Various Metals as Coins
Metals have always been an important commodity to the world. The discovery of Iron in ancient times launched nations into the forefront with metal weaponry and protective armor. The mixing of metals which created brass and bronze helped make copper a stronger metal for rigorous use that was even stronger than iron. Iron was more brittle but also easier to make since the iron element was much more plentiful than copper. Iron also quickly oxidizes in moist air and in water. Iron didnít really become as important of a metal until an alloy of iron and carbon was made and steel was discovered which generally was harder and much more resistant to corrosion. Steel also held a sharper edge longer than iron for war implements. Iron was used as a type of coinage in Africa amongst tribes. Steel coins were minted in Bolivia, France, and Italy. Stainless steel coinage was also produced but it is very difficult to impress an image into stainless steel thus not very cost effective. The metal properties of steel is also magnetic.
Brass ( a mixture of copper and zinc) and Bronze ( a mixture of copper and tin) is resistant to corrosion, extremely strong and easier to rework due to its low melting point. Copper has the uncanny ability to resist germs and even kill many germ causing bacteria due to its chemical nature to be caustic to such little creatures. Most copper currency used either a small amount of tin or zinc to make the copper coin more resistant to wear and tear even in ancient times. These discoveries have been passed down to our more modern times to serve as a basis of how coins are produced today.
Nickel was not commonly used in most early coinage because not much was known about the metal. It was often confused with silver because of its silvery properties. Nickel is magnetic in its pure form; however, used in most coinage mixed predominately with copper, it is not magnetic. The earliest known pure nickel coinage was minted in Switzerland in 1881. Before that time it has been used in a number of coins alloyed with copper starting in Belgium in 1860 and later adopted in the United States. The current American nickel has had the same composition or 75% copper and 25% nickel since 1865. Even though the nickel coins are mostly copper the nickel metal properties make the coin look silvery. It is also a very hard alloy resistant to wear and corrosion. Today, many coins are minted with a nickel or brass alloy. This is presently called fiat money. Fiat money has an actual metal value of less than the stated value of the coin with a few exceptions due to current inflationary prices of metals.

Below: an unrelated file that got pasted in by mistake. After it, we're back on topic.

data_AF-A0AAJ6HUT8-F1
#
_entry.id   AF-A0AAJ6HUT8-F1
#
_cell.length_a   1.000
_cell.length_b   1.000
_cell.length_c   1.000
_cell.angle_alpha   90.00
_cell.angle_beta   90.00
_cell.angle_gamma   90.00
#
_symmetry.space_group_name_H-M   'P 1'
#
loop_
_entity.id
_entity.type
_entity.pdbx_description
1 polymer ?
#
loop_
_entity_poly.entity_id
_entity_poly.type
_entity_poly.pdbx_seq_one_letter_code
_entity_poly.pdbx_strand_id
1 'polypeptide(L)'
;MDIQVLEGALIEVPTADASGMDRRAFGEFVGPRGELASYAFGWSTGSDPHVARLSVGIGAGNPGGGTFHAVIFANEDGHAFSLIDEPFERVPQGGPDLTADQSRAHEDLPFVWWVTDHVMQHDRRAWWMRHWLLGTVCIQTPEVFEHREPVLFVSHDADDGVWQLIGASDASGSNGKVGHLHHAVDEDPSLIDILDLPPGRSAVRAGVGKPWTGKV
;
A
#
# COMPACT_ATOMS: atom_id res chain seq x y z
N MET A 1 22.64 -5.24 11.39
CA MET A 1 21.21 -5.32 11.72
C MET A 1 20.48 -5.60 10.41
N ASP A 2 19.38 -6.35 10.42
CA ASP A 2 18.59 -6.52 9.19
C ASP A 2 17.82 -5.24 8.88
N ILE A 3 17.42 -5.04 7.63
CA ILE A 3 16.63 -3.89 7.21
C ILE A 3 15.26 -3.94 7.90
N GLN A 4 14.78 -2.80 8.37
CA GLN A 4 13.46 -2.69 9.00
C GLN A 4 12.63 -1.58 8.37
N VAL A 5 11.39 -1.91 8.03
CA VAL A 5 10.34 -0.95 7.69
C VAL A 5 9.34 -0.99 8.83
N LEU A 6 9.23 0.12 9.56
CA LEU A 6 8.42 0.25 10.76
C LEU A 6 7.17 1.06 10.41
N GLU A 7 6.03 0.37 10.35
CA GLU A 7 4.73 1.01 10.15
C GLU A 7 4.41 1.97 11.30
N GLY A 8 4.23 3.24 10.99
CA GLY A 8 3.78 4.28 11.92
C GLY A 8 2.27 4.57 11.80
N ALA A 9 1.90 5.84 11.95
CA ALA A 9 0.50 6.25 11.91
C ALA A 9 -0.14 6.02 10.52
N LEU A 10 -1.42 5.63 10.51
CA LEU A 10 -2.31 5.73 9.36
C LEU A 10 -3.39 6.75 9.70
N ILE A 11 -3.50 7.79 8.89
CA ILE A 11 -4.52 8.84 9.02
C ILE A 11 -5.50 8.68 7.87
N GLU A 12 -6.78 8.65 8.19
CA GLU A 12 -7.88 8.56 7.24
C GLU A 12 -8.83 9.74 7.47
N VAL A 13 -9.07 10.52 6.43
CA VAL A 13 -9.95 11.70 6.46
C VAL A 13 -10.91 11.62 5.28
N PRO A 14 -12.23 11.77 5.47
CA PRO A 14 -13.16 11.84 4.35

Silver is still used in coin production today only as a collectors or bullion item, not intended for circulation. In the past when many countries based their currency on the silver standard, the currency itself could stand on its own just because of its metal value in the marketplace. Any added value that particular currency maintained helped to strengthen the country and its economy like a personís good reputation with others. Silver being the most plentiful of the rare metals will always be the basis for monetary stability.
Gold is also used in coin production. Gold has been the capstone of currency possessing the highest value in any circulating coin for years. Yes, platinum coins were minted a few times in the past and continue to be minted as a bullion coin today, but gold is still the mainstay to the world as a solid circulating metal. No longer do nations produce gold coins for circulation, but with its past reputation as a circulating coin, gold is still the king. The properties of gold maintaining its luster, bright yellow in color and never corroding helps this metal to be desirable to everyone. Platinum is a silvery/grayish color and is not easily distinguishable compared to gold to the average person. If it isnít stamped platinum on the coin most people would not know for sure if it is this rare metal. Gold is much easier to identify..